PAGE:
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I am trying to run my program and i am using

double result = cos(90*M_PI/180);
NSLog("Cos 90 value %g",result);  //Prints 6.12323e-17

But when i run this

 NSLog("Cos 90 value %f",cos(90*M_PI/180)); //Prints 0

I want to get value of cos90 in result(double) which should be 0.I know thats floating point airthmetic issue.But how to solve it.Is there any way to do it?


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What is the thing you want solved? – Mark Nov 15 '12 at 17:53
M_PI_2 (another way to express 90*M_PI/180) is slightly less than the "actual" PI/2 so the cosine is slightly more than zero - by 6E-17. Using float masks the issue because it has less precision. – dasblinkenlight Nov 15 '12 at 17:56
Yes i want to know how can i get value of cos90 to be 0?Is there any way to do it? – codester Nov 15 '12 at 17:59
@dasblinkenlight if i use M_PI_2 instead of M_PI will i get same value for other calculations like cos30 and other trigonometric values? – codester Nov 15 '12 at 18:17
@SahilWasan If you use cos(M_PI_2/3) you'll get the same value as cos(30*M_PI/180), yes. – dasblinkenlight Nov 15 '12 at 18:27

Since the argument of cos is in radians, to calculate the cosine of 90º, you would pass π/2 radians. π/2 is approximately 1.570796326794896619. The IEEE 754 double closest to π/2 is approximately 1.570796326794896558. Obviously, these are different. The cosine of the latter is approximately 6.123•10-17. So, your cosine routine is working correctly; it is returning the cosine of the number it is passed.

It is impossible to pass π/2 to cos, because π/2 is not representable as a double.

Depending on your requirements, there may be workarounds. For example, this expression will return (approximately) the cosine of x (in degrees), and will be exactly zero when x is 90: sin(M_PI/180*(90-x)).

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Does Objective C provide the functions sinpi() and cospi()? When using cospi() instead of cos() Sahil would get the desired result, since cospi(0.5) is 0. – njuffa Nov 16 '12 at 8:13
@njuffa: no, it doesn't. – Stephen Canon Nov 16 '12 at 12:56

The problem is that the result it too small. The only difference is the format specifier. %g and %f are different; %f has six points of precision after the decimal normally while %g represents small numbers using scientific notation. You can extend the amount of characters printed after the decimal using %.100f, where 100 is the number of characters after the decimal. That's not very precise, though, and precision is not guaranteed after so many decimal places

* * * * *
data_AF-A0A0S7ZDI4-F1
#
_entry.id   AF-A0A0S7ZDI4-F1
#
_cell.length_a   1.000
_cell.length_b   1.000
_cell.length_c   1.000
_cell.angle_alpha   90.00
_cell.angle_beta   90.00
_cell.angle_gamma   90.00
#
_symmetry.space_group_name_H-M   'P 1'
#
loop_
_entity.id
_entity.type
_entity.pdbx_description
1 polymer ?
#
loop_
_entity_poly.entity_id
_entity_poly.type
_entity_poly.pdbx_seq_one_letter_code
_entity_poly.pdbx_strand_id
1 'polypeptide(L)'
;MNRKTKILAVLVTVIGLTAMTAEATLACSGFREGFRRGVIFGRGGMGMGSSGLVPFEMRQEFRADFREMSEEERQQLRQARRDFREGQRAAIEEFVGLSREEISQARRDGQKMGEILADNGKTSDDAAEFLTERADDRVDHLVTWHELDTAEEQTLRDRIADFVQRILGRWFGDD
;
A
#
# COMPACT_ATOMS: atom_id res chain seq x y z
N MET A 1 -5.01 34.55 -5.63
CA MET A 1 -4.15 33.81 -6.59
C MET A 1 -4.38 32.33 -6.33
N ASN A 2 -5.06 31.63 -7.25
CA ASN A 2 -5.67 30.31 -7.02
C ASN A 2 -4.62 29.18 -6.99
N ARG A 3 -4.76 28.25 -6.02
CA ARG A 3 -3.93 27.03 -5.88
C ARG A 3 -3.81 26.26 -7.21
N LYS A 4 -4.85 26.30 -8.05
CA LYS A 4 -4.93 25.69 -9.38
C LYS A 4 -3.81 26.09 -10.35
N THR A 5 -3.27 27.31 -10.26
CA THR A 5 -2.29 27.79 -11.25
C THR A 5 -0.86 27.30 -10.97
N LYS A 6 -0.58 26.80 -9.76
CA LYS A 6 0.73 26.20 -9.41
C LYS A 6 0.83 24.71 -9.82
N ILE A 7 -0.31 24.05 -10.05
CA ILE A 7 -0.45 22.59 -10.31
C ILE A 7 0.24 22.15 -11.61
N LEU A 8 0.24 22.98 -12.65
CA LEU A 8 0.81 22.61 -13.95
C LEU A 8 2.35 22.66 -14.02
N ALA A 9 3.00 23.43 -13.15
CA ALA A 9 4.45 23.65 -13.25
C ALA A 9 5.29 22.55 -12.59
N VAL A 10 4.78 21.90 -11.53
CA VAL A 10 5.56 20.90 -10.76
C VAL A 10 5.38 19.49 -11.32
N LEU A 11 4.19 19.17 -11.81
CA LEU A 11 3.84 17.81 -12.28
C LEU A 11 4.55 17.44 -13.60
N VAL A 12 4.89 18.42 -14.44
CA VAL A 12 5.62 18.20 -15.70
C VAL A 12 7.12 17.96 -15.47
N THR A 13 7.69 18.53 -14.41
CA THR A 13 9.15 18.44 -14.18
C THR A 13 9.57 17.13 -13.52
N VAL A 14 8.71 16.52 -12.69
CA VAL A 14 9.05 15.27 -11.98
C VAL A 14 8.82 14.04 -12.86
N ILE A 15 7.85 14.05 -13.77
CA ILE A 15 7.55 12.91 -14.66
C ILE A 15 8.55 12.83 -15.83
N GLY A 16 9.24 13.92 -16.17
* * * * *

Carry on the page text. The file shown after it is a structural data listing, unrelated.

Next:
EDIT: Well, now I noticed what you were actually trying to calculate. It's not zero because floating-point arithmetic at that level is imprecise, due to rounding and such.

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up vote 0 down vote accepted

Lastly I found solution.All the explanation are right but "temporary" solution to this problem is with NSNumberFormatter.

NSNumberFormatter *formatter = [[NSNumberFormatter alloc] init];

[formatter setAlwaysShowsDecimalSeparator:NO];
[formatter setAllowsFloats:YES];
[formatter setFormatterBehavior:NSNumberFormatterBehavior10_4];
[formatter setMinimumFractionDigits:0];
[formatter setMaximumFractionDigits:10]; //THIS IS IMPORTANT AS AFTER DECIMAL, DIGITS SHOULD BE LESS THAN 17 because there is difference of 6.12323e-17 

double result = cos(90*M_PI/180);
NSNumber *numberResult = [NSNumber numberWithDouble:result];

[formatter setNumberStyle:NSNumberFormatterDecimalStyle];
NSLog(@"%@",[formatter stringFromNumber:number]); //Prints 0

It's a temporary solution.You can also prints value of cos 90 with %f but it will also prints unwanted six 0 after decimal.

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